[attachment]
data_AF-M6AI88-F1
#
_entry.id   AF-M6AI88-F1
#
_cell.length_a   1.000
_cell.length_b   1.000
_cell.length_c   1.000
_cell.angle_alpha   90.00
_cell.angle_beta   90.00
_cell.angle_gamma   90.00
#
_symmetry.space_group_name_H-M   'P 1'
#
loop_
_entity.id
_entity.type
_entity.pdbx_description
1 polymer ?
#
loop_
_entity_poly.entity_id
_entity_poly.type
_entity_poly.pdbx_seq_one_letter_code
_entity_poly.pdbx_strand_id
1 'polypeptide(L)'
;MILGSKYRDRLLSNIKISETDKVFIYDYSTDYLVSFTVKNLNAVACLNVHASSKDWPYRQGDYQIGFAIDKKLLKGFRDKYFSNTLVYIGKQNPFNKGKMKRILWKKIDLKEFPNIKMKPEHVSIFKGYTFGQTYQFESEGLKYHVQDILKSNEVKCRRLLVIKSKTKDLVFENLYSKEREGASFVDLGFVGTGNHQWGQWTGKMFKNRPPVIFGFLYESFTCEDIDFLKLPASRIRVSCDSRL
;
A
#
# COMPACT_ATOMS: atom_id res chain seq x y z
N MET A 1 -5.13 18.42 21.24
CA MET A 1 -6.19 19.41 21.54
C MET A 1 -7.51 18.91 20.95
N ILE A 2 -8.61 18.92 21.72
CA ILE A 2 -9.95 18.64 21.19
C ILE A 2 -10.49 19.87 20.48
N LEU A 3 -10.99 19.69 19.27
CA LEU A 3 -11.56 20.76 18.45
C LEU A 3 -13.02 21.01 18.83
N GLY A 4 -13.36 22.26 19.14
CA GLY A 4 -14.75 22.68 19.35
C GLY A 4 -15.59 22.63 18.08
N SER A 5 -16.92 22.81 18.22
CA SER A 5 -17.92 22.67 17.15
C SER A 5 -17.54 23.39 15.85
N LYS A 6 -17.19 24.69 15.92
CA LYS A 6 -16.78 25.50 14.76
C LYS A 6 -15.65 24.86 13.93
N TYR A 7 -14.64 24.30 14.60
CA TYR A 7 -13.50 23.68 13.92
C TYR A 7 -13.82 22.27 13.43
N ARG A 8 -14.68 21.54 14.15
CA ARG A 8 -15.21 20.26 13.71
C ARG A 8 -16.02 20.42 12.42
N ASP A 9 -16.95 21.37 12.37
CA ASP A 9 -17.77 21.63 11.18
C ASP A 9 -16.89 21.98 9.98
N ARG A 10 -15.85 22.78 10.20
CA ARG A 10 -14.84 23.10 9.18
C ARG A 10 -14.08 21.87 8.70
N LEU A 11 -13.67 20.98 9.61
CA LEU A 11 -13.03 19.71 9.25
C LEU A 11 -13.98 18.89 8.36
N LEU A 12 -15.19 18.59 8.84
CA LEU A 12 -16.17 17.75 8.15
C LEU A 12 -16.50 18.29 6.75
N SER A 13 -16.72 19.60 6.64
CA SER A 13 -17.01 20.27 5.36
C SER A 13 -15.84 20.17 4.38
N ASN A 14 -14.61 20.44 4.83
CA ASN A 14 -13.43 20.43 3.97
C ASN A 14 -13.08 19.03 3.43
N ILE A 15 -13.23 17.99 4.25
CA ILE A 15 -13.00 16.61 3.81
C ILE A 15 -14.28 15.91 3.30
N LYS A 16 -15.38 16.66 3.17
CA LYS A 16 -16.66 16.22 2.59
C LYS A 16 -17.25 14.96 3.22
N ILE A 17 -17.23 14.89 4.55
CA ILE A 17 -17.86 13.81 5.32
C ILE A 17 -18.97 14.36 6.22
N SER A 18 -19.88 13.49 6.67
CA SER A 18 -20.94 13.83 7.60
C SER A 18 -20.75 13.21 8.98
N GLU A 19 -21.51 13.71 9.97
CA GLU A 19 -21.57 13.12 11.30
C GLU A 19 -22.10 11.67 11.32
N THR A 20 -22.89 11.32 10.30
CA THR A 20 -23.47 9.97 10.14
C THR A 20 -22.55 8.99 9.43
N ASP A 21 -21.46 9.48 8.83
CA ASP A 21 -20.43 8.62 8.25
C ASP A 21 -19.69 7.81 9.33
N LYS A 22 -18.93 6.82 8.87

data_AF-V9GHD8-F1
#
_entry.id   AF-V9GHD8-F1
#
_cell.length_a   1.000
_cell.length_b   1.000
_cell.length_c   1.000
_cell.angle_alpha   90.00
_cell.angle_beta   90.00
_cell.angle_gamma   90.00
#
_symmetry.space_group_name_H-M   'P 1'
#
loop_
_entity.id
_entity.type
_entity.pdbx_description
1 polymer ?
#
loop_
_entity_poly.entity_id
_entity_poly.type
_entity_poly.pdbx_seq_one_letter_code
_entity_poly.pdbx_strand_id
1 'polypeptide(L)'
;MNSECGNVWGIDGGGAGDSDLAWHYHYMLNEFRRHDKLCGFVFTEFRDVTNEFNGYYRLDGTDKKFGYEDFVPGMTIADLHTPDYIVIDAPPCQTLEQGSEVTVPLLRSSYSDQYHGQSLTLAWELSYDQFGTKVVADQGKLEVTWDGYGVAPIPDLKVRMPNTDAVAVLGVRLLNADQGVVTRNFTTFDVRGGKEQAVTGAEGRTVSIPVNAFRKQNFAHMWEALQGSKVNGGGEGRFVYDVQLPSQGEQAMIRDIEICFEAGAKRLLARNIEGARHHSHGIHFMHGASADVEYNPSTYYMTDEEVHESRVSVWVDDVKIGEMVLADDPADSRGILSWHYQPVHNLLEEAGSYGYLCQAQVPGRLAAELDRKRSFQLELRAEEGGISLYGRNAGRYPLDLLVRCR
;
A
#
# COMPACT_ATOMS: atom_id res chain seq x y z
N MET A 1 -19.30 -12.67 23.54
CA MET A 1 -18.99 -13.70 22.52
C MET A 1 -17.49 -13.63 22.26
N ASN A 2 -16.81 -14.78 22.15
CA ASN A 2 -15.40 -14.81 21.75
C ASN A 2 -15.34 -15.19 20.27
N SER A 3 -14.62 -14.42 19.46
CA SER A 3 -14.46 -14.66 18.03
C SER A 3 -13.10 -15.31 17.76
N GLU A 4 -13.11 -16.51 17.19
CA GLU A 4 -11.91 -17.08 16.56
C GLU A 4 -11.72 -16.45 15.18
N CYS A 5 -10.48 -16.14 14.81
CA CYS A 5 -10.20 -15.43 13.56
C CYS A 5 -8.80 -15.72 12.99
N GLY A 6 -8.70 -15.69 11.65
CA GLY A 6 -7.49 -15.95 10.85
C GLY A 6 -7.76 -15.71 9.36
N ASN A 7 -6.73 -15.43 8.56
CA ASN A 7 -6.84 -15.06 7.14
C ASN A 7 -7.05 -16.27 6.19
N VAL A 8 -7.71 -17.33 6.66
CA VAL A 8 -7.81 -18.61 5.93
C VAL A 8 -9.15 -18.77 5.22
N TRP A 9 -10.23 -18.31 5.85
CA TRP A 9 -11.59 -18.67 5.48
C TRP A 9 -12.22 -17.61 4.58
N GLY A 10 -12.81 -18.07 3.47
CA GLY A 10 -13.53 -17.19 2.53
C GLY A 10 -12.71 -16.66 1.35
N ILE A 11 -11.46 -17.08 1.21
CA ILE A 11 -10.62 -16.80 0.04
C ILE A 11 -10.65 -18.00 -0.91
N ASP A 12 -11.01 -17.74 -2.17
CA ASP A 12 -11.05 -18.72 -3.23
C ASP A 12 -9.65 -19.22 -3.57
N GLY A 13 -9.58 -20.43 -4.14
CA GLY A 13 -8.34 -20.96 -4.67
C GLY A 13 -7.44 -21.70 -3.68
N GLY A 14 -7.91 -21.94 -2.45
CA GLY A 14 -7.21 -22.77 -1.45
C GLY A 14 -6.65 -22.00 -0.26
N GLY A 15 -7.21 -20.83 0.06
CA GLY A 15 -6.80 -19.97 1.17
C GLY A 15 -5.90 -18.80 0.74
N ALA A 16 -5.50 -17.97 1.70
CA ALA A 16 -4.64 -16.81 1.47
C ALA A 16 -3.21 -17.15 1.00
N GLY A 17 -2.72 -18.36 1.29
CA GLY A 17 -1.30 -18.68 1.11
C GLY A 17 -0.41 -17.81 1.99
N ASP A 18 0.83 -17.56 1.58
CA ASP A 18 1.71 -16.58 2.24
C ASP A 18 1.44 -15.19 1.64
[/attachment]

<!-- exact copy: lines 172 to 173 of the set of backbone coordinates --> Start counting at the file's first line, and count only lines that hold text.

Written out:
C ALA A 16 -3.21 -17.15 1.00
N GLY A 17 -2.72 -18.36 1.29